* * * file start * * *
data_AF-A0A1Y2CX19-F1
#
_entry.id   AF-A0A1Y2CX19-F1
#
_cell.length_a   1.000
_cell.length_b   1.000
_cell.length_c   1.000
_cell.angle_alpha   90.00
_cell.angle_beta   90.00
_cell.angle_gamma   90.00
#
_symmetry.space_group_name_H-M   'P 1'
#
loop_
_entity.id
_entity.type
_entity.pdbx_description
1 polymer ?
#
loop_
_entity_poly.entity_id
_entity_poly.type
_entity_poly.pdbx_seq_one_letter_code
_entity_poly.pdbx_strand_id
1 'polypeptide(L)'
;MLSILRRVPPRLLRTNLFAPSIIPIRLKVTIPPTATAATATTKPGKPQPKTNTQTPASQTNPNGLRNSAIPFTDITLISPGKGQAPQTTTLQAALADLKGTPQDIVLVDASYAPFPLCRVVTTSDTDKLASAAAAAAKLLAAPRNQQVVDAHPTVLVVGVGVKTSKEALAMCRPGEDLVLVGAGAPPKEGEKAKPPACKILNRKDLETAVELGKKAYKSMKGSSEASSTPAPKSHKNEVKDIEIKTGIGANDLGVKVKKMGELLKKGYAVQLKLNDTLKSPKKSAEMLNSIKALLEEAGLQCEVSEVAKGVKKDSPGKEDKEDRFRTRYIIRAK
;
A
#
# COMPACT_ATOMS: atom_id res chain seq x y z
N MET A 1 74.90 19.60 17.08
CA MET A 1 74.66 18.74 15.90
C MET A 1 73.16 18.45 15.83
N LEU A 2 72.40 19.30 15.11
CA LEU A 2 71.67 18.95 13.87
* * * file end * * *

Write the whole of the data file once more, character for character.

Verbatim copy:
data_AF-A0A1Y2CX19-F1
#
_entry.id   AF-A0A1Y2CX19-F1
#
_cell.length_a   1.000
_cell.length_b   1.000
_cell.length_c   1.000
_cell.angle_alpha   90.00
_cell.angle_beta   90.00
_cell.angle_gamma   90.00
#
_symmetry.space_group_name_H-M   'P 1'
#
loop_
_entity.id
_entity.type
_entity.pdbx_description
1 polymer ?
#
loop_
_entity_poly.entity_id
_entity_poly.type
_entity_poly.pdbx_seq_one_letter_code
_entity_poly.pdbx_strand_id
1 'polypeptide(L)'
;MLSILRRVPPRLLRTNLFAPSIIPIRLKVTIPPTATAATATTKPGKPQPKTNTQTPASQTNPNGLRNSAIPFTDITLISPGKGQAPQTTTLQAALADLKGTPQDIVLVDASYAPFPLCRVVTTSDTDKLASAAAAAAKLLAAPRNQQVVDAHPTVLVVGVGVKTSKEALAMCRPGEDLVLVGAGAPPKEGEKAKPPACKILNRKDLETAVELGKKAYKSMKGSSEASSTPAPKSHKNEVKDIEIKTGIGANDLGVKVKKMGELLKKGYAVQLKLNDTLKSPKKSAEMLNSIKALLEEAGLQCEVSEVAKGVKKDSPGKEDKEDRFRTRYIIRAK
;
A
#
# COMPACT_ATOMS: atom_id res chain seq x y z
N MET A 1 74.90 19.60 17.08
CA MET A 1 74.66 18.74 15.90
C MET A 1 73.16 18.45 15.83
N LEU A 2 72.40 19.30 15.11
CA LEU A 2 71.67 18.95 13.87